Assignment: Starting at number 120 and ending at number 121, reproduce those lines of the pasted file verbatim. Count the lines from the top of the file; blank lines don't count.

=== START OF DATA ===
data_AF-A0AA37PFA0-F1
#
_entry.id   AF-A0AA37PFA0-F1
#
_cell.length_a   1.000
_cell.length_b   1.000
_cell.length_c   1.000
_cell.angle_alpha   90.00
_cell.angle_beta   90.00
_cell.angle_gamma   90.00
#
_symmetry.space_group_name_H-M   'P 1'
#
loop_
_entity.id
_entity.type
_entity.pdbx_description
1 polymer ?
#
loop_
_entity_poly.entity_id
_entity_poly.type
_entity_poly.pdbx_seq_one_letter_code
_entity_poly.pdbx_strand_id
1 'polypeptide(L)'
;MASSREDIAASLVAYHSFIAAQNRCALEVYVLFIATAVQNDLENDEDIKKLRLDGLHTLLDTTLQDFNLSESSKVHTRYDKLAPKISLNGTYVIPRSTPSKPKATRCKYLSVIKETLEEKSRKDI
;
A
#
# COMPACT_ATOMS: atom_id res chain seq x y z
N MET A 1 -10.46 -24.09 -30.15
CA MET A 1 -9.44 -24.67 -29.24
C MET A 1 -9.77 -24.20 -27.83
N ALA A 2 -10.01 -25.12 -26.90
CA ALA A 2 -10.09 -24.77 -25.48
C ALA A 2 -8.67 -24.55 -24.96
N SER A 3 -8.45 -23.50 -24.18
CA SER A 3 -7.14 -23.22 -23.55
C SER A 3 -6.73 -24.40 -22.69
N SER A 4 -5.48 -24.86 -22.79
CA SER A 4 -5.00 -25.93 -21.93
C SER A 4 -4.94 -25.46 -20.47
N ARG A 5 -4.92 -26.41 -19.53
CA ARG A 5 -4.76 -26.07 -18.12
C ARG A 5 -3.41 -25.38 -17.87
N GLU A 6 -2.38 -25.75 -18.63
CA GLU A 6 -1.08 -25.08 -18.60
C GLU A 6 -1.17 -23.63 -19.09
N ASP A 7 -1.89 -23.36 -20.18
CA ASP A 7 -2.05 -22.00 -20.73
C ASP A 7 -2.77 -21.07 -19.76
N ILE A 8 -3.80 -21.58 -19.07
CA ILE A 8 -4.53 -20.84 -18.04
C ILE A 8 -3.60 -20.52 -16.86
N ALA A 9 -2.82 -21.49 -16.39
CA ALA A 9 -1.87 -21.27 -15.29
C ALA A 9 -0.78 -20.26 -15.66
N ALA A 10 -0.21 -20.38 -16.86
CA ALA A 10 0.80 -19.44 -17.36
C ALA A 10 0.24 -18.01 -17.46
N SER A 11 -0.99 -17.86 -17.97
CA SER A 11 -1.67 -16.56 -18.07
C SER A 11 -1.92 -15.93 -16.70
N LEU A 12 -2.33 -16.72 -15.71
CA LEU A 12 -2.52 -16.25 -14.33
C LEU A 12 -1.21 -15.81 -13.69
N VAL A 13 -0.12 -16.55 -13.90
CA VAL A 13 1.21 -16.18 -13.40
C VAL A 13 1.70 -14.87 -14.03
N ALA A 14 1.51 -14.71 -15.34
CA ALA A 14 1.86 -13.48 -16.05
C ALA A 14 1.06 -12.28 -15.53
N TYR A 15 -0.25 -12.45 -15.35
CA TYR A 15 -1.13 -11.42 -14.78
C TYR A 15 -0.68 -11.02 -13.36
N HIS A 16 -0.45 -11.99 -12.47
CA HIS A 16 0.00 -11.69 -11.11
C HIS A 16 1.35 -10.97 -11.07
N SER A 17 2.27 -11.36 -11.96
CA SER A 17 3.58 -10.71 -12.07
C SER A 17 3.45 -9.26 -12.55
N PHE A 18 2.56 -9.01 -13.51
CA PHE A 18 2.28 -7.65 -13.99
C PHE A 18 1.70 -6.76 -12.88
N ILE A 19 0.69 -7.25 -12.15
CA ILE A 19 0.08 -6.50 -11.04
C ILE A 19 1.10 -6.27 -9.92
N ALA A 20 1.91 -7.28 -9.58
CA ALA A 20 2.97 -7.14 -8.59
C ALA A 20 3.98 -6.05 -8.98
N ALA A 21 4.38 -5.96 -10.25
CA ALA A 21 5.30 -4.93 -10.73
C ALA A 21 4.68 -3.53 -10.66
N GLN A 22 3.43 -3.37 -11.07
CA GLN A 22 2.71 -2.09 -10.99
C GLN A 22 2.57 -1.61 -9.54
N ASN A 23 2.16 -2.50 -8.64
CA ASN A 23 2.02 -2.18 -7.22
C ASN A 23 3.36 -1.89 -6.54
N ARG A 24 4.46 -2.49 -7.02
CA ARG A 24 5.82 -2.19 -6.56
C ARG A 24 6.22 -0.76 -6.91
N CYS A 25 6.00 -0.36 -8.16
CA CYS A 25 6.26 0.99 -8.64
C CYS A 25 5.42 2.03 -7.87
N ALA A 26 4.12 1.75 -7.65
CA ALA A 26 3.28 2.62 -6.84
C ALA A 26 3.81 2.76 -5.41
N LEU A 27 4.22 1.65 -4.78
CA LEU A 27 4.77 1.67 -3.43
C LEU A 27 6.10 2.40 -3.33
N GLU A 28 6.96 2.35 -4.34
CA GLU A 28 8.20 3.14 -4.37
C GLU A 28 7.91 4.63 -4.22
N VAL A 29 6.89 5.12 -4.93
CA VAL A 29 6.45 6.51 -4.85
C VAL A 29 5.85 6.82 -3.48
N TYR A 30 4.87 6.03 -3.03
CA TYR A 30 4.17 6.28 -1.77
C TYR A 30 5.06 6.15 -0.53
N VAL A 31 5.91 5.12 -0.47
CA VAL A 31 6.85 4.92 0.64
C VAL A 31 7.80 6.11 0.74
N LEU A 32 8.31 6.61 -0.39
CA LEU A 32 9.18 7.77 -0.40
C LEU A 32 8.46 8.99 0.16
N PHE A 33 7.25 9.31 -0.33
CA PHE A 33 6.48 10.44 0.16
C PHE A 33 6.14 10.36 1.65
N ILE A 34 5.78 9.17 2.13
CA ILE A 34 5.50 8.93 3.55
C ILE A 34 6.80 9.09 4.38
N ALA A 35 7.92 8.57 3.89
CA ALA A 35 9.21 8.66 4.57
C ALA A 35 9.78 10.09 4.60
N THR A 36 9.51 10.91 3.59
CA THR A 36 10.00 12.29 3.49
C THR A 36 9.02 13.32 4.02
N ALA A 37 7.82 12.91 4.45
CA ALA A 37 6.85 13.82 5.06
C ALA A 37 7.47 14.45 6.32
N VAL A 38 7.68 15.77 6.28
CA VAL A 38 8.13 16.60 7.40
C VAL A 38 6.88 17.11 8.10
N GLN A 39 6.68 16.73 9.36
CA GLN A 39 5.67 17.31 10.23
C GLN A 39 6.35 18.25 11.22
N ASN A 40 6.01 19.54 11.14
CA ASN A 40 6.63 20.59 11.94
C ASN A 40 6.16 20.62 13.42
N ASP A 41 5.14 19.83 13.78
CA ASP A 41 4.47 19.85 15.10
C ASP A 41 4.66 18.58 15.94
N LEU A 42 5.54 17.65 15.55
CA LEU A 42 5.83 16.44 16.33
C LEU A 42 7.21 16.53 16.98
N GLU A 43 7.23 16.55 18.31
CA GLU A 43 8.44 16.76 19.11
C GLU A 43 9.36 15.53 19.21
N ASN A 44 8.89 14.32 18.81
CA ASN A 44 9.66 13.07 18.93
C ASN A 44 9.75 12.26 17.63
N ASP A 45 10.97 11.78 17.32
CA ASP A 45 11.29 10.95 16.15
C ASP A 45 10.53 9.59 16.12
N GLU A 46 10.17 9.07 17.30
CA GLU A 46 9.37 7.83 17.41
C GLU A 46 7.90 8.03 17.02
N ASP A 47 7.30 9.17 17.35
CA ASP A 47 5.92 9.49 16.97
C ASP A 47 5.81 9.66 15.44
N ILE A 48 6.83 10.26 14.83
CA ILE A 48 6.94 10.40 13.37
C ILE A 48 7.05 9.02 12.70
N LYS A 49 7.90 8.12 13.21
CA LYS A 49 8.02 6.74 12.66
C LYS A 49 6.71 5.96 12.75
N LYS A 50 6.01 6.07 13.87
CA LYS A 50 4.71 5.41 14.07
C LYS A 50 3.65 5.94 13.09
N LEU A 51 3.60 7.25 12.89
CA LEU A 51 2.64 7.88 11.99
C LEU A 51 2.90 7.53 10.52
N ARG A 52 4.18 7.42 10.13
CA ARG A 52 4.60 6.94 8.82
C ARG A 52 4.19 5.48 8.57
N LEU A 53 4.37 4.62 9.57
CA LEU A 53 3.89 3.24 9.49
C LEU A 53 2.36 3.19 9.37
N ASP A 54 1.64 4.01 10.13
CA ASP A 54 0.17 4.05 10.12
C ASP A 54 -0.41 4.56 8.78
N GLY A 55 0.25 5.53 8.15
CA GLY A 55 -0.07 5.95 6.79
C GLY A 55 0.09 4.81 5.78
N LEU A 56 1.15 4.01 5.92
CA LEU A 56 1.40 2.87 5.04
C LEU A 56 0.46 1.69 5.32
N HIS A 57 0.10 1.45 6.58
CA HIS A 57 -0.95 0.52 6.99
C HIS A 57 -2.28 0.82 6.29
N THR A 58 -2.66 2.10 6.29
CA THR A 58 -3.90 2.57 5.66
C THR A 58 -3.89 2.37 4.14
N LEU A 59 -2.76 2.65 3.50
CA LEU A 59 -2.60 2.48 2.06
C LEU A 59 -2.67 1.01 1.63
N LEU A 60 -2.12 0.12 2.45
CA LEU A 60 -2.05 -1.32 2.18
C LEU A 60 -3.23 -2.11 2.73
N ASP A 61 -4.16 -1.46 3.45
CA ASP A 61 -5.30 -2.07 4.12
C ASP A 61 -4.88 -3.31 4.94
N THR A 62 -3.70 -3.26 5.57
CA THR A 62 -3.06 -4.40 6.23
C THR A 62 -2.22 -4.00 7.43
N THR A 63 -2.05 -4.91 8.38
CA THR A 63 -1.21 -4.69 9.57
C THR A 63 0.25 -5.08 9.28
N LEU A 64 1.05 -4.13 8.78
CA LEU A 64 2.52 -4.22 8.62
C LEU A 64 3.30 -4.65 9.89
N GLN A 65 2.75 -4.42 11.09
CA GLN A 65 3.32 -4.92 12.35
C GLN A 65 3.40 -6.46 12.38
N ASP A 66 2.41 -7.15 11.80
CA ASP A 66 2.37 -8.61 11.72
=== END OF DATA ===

C TYR A 30 5.06 6.15 -0.53
N VAL A 31 5.91 5.12 -0.47